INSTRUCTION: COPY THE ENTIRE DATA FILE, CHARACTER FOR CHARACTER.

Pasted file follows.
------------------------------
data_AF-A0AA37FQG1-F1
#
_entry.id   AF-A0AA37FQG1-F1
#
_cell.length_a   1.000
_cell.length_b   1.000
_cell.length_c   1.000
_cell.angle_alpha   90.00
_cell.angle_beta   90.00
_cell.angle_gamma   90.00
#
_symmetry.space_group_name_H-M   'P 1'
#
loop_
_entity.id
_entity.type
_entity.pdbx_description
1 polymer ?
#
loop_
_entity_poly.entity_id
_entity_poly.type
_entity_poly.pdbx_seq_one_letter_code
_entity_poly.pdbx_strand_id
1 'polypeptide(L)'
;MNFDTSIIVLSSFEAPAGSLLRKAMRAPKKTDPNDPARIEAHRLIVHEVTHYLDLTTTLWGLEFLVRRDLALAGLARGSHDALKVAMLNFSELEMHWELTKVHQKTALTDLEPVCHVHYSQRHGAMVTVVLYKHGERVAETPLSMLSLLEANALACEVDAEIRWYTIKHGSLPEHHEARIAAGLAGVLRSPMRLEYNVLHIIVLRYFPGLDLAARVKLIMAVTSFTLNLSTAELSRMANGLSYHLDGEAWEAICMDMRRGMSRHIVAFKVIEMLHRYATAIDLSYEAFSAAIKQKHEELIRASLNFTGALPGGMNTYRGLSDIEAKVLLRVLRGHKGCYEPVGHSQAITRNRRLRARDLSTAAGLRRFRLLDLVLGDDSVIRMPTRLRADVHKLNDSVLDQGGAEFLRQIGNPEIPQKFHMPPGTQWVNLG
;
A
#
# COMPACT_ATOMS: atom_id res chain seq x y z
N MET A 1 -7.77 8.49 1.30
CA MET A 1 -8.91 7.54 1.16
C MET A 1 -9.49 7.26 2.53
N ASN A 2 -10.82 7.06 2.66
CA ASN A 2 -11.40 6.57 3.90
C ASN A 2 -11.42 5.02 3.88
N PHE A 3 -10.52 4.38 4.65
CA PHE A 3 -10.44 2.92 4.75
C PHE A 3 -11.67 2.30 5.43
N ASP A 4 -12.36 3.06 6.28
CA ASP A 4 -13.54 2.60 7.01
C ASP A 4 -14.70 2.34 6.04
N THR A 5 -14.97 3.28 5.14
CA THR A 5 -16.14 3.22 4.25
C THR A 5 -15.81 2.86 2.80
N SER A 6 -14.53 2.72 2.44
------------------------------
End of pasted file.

data_AF-A0AA37FQG1-F1
#
_entry.id   AF-A0AA37FQG1-F1
#
_cell.length_a   1.000
_cell.length_b   1.000
_cell.length_c   1.000
_cell.angle_alpha   90.00
_cell.angle_beta   90.00
_cell.angle_gamma   90.00
#
_symmetry.space_group_name_H-M   'P 1'
#
loop_
_entity.id
_entity.type
_entity.pdbx_description
1 polymer ?
#
loop_
_entity_poly.entity_id
_entity_poly.type
_entity_poly.pdbx_seq_one_letter_code
_entity_poly.pdbx_strand_id
1 'polypeptide(L)'
;MNFDTSIIVLSSFEAPAGSLLRKAMRAPKKTDPNDPARIEAHRLIVHEVTHYLDLTTTLWGLEFLVRRDLALAGLARGSHDALKVAMLNFSELEMHWELTKVHQKTALTDLEPVCHVHYSQRHGAMVTVVLYKHGERVAETPLSMLSLLEANALACEVDAEIRWYTIKHGSLPEHHEARIAAGLAGVLRSPMRLEYNVLHIIVLRYFPGLDLAARVKLIMAVTSFTLNLSTAELSRMANGLSYHLDGEAWEAICMDMRRGMSRHIVAFKVIEMLHRYATAIDLSYEAFSAAIKQKHEELIRASLNFTGALPGGMNTYRGLSDIEAKVLLRVLRGHKGCYEPVGHSQAITRNRRLRARDLSTAAGLRRFRLLDLVLGDDSVIRMPTRLRADVHKLNDSVLDQGGAEFLRQIGNPEIPQKFHMPPGTQWVNLG
;
A
#
# COMPACT_ATOMS: atom_id res chain seq x y z
N MET A 1 -7.77 8.49 1.30
CA MET A 1 -8.91 7.54 1.16
C MET A 1 -9.49 7.26 2.53
N ASN A 2 -10.82 7.06 2.66
CA ASN A 2 -11.40 6.57 3.90
C ASN A 2 -11.42 5.02 3.88
N PHE A 3 -10.52 4.38 4.65
CA PHE A 3 -10.44 2.92 4.75
C PHE A 3 -11.67 2.30 5.43
N ASP A 4 -12.36 3.06 6.28
CA ASP A 4 -13.54 2.60 7.01
C ASP A 4 -14.70 2.34 6.04
N THR A 5 -14.97 3.28 5.14
CA THR A 5 -16.14 3.22 4.25
C THR A 5 -15.81 2.86 2.80
N SER A 6 -14.53 2.72 2.44